View Full Version : Can you use a forge to heat treat?

C Craft
09-13-2010, 11:09 AM
My forge had a catastrophe.

click thumbnails for larger view:
http://i164.photobucket.com/albums/u20/craft5759/th_000_1150.jpg (http://i164.photobucket.com/albums/u20/craft5759/000_1150.jpg)
http://i164.photobucket.com/albums/u20/craft5759/th_000_1147.jpg (http://i164.photobucket.com/albums/u20/craft5759/000_1147.jpg)

It was my own DA fault for not having it fastened to the cart. I ran it into the garage the other night and it jumped off the cart. Busted up the lining and messed up my gauges on top.

When I get it rebuilt I am hoping to use it not only use it as forge but as a heat treatment oven/forge. This PID controller and the thermocouple I have should be able to read the temp and with me monitoring it I should be able to control the temp.
http://i164.photobucket.com/albums/u20/craft5759/th_000_1175.jpg (http://i164.photobucket.com/albums/u20/craft5759/000_1175.jpg)

http://i164.photobucket.com/albums/u20/craft5759/th_000_1173.jpg (http://i164.photobucket.com/albums/u20/craft5759/000_1173.jpg)

I don't have a good pic of the PID but here is one like it, it is a programable PID.

Constant monitoring would be just for the time being. I don't have them yet but I can get the valves to control the gas flow and the PID will operate them to reguate the flow of propane thru the valve and the temp of the forge at any given time, this would allow for better control of temps.

So here is the questions does anyone out there use a forge as a heat treatment oven?

Is this even a feasible solution for HT on a temporary basis, till I can afford or make HT oven?

If so any advice here on sitting one up?

09-13-2010, 03:29 PM
Many makers use a forge to HT, but the wise ones only HT the simple steels with them. Go with the 10XX steels, and you will do fine. Steels with chrome and some other alloys require soaking which is best done in an oven.

09-13-2010, 05:25 PM
hey bro

IIRC MS Burt Foster uses a forge to do his soaks in...

If you have really good temp control, I cant really see why you cant HT as well as a soak in a forge

am I incorrect in this?

09-13-2010, 05:59 PM
For heat treating, I'd recommend a baffle in the forge. Take a piece of stainless pipe of a larger diameter than your blade, and place it in the forge for heat treating. After the forge is stable and up to temp (take the temp reading within the baffle), place you blade it and let it come up to temp. The baffle will distribute the heat better and tends to even out hot spots. Also, it protects the blade from the harsh forge atmosphere, and placing a piece of wood charcoal or something in the back of the baffle to use up the oxygen will allow for a better atmosphere and less scale.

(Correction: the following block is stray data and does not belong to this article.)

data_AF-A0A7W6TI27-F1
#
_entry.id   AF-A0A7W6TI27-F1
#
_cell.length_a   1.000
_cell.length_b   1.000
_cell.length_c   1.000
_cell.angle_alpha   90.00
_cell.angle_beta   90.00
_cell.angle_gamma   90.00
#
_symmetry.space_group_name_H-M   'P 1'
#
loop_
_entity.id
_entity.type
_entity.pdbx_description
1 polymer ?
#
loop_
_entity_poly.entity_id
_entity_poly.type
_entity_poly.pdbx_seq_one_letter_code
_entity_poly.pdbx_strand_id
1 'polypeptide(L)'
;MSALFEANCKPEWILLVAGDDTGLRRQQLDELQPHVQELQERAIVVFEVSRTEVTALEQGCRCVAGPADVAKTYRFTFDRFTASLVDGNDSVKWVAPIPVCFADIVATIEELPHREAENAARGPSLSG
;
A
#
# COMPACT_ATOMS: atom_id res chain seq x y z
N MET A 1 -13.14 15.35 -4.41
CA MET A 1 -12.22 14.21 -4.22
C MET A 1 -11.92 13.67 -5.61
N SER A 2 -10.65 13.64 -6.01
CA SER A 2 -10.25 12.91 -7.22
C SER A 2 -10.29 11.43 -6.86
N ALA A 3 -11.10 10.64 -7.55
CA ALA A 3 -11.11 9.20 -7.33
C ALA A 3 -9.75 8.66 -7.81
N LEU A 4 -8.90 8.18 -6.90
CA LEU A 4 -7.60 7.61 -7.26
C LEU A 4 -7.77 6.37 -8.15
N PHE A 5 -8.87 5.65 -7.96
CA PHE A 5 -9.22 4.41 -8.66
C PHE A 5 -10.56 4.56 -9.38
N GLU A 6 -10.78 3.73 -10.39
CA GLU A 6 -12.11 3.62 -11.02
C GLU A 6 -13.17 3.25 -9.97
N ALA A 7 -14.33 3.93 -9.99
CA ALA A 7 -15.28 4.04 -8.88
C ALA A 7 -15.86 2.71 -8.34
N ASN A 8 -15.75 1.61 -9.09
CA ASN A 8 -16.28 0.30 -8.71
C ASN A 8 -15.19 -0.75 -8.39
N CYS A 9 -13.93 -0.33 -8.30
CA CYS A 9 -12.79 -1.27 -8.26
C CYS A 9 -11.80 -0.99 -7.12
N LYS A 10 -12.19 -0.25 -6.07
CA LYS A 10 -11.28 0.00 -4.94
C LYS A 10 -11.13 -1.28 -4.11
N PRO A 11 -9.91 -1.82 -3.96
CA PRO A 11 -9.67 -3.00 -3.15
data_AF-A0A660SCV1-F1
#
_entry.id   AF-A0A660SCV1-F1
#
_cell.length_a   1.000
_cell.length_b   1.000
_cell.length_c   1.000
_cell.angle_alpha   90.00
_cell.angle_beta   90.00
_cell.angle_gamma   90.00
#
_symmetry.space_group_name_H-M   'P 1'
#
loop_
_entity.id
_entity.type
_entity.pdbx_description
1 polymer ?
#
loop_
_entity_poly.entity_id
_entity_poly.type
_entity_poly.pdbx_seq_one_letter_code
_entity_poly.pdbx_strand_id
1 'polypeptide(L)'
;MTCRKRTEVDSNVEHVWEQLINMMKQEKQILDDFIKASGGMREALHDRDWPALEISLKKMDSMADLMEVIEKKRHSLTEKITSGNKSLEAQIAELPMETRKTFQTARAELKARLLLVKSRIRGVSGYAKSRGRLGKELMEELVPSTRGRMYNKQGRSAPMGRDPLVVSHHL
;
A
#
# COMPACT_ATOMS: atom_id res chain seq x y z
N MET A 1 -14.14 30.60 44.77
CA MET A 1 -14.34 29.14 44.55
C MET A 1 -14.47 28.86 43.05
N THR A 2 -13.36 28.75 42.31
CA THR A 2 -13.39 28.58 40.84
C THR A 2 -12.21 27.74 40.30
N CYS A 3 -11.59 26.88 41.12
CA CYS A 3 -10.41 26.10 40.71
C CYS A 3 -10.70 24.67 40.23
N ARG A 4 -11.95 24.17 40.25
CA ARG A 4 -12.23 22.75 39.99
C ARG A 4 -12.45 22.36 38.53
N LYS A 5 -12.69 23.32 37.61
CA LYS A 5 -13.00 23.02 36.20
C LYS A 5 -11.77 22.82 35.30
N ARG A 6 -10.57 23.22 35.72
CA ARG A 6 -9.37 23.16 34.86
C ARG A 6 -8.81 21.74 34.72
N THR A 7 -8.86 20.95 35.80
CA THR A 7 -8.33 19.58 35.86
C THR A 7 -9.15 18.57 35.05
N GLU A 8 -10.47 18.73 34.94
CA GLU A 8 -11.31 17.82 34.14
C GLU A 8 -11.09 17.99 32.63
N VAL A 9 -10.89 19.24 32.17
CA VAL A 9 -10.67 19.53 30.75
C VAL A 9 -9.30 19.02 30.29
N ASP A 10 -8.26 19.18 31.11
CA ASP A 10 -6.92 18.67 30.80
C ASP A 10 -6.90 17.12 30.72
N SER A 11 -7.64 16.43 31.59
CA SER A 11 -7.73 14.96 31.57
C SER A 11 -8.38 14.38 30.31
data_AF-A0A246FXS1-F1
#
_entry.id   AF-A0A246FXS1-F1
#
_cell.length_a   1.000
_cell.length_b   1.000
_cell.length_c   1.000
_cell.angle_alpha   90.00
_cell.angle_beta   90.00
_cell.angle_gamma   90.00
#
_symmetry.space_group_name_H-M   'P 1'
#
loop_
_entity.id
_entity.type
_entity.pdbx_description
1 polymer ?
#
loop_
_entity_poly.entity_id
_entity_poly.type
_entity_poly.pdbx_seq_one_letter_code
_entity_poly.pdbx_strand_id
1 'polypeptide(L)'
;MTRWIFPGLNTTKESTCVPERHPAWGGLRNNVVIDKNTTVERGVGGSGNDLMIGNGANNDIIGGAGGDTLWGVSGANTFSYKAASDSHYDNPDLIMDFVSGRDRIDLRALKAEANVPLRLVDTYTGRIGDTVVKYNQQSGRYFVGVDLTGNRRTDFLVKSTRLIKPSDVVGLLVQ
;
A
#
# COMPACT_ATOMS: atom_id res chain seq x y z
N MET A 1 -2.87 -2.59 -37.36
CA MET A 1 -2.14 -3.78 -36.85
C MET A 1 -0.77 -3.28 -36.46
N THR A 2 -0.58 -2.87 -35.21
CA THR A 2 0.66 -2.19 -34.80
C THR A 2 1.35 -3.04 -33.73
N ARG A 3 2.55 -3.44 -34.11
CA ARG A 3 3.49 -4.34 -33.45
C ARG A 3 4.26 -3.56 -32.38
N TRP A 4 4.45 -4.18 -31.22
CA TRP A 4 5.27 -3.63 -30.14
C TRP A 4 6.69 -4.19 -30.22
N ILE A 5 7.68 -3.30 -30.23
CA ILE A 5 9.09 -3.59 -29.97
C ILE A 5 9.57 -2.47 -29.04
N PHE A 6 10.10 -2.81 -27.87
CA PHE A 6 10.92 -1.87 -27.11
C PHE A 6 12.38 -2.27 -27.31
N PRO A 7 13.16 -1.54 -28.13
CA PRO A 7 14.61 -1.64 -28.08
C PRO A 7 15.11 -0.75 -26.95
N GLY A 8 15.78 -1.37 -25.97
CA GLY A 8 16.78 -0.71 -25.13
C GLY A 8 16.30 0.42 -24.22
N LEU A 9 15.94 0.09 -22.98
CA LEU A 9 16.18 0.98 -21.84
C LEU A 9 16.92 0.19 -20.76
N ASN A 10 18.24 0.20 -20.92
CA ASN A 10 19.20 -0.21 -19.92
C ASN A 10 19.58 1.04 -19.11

Stainless steels typically heat treat better in an oven with the higher temps and stability needed as well as the long soaks. You really have to protect agaist oxygen at temps needed for stainless.


09-14-2010, 07:22 AM
Yeah, it can be used. It's just not as accurate and you should use it only for simple steels that don't require soaking. I tried Hting some 01 in mines..I don't think it worked as I probably didn't soak it at the correct temp for the 10mins since I had to constantly adjust the gas flow.

Take a piece of stainless pipe of a larger diameter than your blade, and place it in the forge for heat treating.

Would this work for 1 brick forges? I'm sure it would for the smaller knives but the last knife I started working on is about the largest it can handle in width.

Dan Pierson
09-14-2010, 08:37 AM
A PID controlled forge with a muffle (a.k.a. baffle) should work just about as well as an electric oven. Maybe better in some ways because of easier options for atmosphere control. Stacy Apelt has posted a good deal about building one over on bladeforums.

You might get a used copy of "Tool Steel Simplified" and see what the experts have to say about heat treating equipment...

Doug Lester
09-14-2010, 05:36 PM
Just about any steel require some soak time and you can do it in a forge if you have good temperature control. Some just need a little longer soak than others. That said, I would not use a forge for the more complex tool and stainless steels. I know that we had a discussion on heat treating 440C stainless with a forge or torch and yes it can be done, as in others have done it, but it would be done better with better heat control. That's one of the main reasons that I don't use some of the higher alloy air quinching or stainless steels for knifemaking.

Doug Lester

C Craft
09-14-2010, 07:06 PM
Thanks everyone for the replies. I would mainly be using it for now with 1080 and 1095. So taking everyones advice under consideration I will more than likely give it a try! Like I said it will be hopefully only temporay till I can build me a heat treating oven!

Carey Quinn
09-14-2010, 07:48 PM
If you think about it, there have probably been more knives heat treated in some type of forge than have been treated in ovens. That being said, those knives were the more simple steels and not the high alloy super steels that so many makers use today. The use of a muffle or baffle in the forge really evens out the heat and you can see what is going on in the steel as it comes up to temp. You need to hold the knife with tongs so you can keep it off the sides of the pipe and be able to move the blade around so as not to overheat the tip. Pay attention to what is going on and you will do fine.

Just like anything else in knifemaking, it is a learning experience but it ain't brain surgery and you can figure it out as you go along.

Have fun with it and test, test, test,